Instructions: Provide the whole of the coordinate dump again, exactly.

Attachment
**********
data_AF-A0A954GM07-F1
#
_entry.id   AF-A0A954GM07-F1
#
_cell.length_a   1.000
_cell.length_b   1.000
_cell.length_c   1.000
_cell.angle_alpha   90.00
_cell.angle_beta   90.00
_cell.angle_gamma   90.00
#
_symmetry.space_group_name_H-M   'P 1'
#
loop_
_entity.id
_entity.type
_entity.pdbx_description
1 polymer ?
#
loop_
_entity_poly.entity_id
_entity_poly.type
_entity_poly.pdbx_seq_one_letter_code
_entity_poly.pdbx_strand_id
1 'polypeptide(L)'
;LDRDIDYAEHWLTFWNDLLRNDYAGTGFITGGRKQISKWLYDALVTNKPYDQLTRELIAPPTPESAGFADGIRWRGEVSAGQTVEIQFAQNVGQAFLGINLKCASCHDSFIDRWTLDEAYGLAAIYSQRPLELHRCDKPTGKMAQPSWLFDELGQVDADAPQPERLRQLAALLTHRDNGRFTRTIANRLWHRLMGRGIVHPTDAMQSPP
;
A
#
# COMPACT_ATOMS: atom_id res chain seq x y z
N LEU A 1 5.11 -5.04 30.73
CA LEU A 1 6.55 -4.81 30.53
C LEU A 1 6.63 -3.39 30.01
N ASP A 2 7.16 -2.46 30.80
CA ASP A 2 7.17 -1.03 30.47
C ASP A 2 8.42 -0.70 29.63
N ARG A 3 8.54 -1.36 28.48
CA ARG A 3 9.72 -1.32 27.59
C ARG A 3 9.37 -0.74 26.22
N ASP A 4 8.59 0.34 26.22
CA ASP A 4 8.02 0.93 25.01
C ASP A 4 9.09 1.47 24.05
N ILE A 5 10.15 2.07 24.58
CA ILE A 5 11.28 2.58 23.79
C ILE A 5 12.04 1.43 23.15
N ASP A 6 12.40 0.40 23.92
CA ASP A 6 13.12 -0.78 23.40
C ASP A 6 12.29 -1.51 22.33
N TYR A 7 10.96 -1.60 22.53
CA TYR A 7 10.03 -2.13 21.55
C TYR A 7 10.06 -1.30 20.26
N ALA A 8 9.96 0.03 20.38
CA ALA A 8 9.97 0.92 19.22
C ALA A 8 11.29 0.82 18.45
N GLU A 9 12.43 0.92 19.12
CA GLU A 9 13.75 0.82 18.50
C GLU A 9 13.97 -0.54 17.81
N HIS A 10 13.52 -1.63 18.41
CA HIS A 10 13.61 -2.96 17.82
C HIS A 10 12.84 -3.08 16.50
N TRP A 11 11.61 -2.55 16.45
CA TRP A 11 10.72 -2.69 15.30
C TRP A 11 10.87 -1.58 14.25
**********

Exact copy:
data_AF-A0A954GM07-F1
#
_entry.id   AF-A0A954GM07-F1
#
_cell.length_a   1.000
_cell.length_b   1.000
_cell.length_c   1.000
_cell.angle_alpha   90.00
_cell.angle_beta   90.00
_cell.angle_gamma   90.00
#
_symmetry.space_group_name_H-M   'P 1'
#
loop_
_entity.id
_entity.type
_entity.pdbx_description
1 polymer ?
#
loop_
_entity_poly.entity_id
_entity_poly.type
_entity_poly.pdbx_seq_one_letter_code
_entity_poly.pdbx_strand_id
1 'polypeptide(L)'
;LDRDIDYAEHWLTFWNDLLRNDYAGTGFITGGRKQISKWLYDALVTNKPYDQLTRELIAPPTPESAGFADGIRWRGEVSAGQTVEIQFAQNVGQAFLGINLKCASCHDSFIDRWTLDEAYGLAAIYSQRPLELHRCDKPTGKMAQPSWLFDELGQVDADAPQPERLRQLAALLTHRDNGRFTRTIANRLWHRLMGRGIVHPTDAMQSPP
;
A
#
# COMPACT_ATOMS: atom_id res chain seq x y z
N LEU A 1 5.11 -5.04 30.73
CA LEU A 1 6.55 -4.81 30.53
C LEU A 1 6.63 -3.39 30.01
N ASP A 2 7.16 -2.46 30.80
CA ASP A 2 7.17 -1.03 30.47
C ASP A 2 8.42 -0.70 29.63
N ARG A 3 8.54 -1.36 28.48
CA ARG A 3 9.72 -1.32 27.59
C ARG A 3 9.37 -0.74 26.22
N ASP A 4 8.59 0.34 26.22
CA ASP A 4 8.02 0.93 25.01
C ASP A 4 9.09 1.47 24.05
N ILE A 5 10.15 2.07 24.58
CA ILE A 5 11.28 2.58 23.79
C ILE A 5 12.04 1.43 23.15
N ASP A 6 12.40 0.40 23.92
CA ASP A 6 13.12 -0.78 23.40
C ASP A 6 12.29 -1.51 22.33
N TYR A 7 10.96 -1.60 22.53
CA TYR A 7 10.03 -2.13 21.55
C TYR A 7 10.06 -1.30 20.26
N ALA A 8 9.96 0.03 20.38
CA ALA A 8 9.97 0.92 19.22
C ALA A 8 11.29 0.82 18.45
N GLU A 9 12.43 0.92 19.12
CA GLU A 9 13.75 0.82 18.50
C GLU A 9 13.97 -0.54 17.81
N HIS A 10 13.52 -1.63 18.41
CA HIS A 10 13.61 -2.96 17.82
C HIS A 10 12.84 -3.08 16.50
N TRP A 11 11.61 -2.55 16.45
CA TRP A 11 10.72 -2.69 15.30
C TRP A 11 10.87 -1.58 14.25